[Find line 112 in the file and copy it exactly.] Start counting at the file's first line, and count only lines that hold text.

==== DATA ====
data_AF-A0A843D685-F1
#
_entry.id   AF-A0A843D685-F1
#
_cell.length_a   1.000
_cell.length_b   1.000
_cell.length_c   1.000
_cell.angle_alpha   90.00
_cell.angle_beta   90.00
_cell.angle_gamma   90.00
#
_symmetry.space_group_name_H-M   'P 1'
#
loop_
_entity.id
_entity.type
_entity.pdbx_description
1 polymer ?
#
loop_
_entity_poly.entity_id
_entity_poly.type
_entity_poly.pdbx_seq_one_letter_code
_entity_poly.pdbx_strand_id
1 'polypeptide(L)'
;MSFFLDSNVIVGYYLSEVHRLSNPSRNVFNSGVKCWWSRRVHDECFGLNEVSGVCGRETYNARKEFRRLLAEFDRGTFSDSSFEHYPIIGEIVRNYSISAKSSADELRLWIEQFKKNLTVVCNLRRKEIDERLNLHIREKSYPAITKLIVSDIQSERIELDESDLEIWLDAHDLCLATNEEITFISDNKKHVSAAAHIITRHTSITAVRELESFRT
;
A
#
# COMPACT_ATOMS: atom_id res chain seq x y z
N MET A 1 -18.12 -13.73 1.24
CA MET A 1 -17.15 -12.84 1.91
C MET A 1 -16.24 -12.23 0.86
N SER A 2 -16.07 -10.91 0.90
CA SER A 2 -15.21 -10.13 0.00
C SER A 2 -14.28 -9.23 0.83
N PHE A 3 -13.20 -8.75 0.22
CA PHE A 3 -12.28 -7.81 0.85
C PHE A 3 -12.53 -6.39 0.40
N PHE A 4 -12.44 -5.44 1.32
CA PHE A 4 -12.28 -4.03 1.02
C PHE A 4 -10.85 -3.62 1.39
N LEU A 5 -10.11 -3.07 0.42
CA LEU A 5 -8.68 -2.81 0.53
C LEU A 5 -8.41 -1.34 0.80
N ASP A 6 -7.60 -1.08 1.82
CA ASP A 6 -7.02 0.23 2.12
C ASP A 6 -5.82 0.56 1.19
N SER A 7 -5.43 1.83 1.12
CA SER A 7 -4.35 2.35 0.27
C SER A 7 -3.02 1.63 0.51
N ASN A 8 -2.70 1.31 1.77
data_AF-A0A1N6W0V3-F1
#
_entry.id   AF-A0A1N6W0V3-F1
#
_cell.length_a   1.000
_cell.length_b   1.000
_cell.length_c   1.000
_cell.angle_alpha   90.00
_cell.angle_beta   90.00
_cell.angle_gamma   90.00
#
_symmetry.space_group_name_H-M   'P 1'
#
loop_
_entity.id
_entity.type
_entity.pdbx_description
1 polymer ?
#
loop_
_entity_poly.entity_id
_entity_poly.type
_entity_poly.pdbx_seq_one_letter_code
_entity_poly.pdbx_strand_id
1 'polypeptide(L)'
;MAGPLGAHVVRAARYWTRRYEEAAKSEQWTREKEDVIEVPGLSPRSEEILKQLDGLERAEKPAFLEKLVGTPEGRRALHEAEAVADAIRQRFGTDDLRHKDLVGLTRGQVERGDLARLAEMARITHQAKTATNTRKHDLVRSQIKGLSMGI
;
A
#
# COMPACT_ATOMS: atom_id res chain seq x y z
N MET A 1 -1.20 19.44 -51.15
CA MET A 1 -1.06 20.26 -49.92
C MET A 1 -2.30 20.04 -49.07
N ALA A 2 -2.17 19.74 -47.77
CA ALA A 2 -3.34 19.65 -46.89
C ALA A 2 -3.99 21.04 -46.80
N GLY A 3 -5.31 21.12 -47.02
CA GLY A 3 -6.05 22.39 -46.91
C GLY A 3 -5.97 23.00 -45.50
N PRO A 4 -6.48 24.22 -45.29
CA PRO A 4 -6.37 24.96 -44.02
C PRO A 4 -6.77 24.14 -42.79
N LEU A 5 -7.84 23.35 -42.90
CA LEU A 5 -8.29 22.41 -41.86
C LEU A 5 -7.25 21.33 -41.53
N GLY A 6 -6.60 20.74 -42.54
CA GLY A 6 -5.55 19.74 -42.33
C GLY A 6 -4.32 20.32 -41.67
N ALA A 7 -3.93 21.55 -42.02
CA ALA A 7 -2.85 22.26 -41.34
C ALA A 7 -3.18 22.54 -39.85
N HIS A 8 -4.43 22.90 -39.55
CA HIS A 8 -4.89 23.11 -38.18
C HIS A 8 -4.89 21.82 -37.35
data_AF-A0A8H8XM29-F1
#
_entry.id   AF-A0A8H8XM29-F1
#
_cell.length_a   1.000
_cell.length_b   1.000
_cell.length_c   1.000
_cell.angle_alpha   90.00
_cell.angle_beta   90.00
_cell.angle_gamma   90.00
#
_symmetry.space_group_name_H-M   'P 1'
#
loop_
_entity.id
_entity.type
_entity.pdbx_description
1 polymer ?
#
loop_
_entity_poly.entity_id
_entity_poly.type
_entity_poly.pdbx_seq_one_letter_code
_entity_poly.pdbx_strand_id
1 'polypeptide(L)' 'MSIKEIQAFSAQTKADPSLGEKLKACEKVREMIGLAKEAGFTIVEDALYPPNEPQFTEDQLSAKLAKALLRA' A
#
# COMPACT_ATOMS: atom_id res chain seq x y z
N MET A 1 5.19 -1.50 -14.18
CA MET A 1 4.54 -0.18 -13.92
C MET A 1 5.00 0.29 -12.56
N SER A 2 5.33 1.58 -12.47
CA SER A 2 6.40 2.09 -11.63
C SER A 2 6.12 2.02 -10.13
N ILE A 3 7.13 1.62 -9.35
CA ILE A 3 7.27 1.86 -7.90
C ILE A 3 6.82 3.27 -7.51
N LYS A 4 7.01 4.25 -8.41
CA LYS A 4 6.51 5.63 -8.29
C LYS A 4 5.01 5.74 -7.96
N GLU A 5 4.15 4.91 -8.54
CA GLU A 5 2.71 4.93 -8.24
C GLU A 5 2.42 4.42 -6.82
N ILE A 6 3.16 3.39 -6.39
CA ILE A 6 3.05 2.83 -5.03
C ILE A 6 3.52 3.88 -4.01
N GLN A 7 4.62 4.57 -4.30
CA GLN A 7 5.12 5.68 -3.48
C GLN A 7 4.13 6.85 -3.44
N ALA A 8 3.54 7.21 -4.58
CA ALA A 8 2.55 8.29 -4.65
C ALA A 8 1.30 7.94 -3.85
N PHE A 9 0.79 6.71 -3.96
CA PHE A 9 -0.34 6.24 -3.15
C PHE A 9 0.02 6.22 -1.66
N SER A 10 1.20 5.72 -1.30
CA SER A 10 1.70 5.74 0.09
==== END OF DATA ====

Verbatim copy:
_cell.length_b   1.000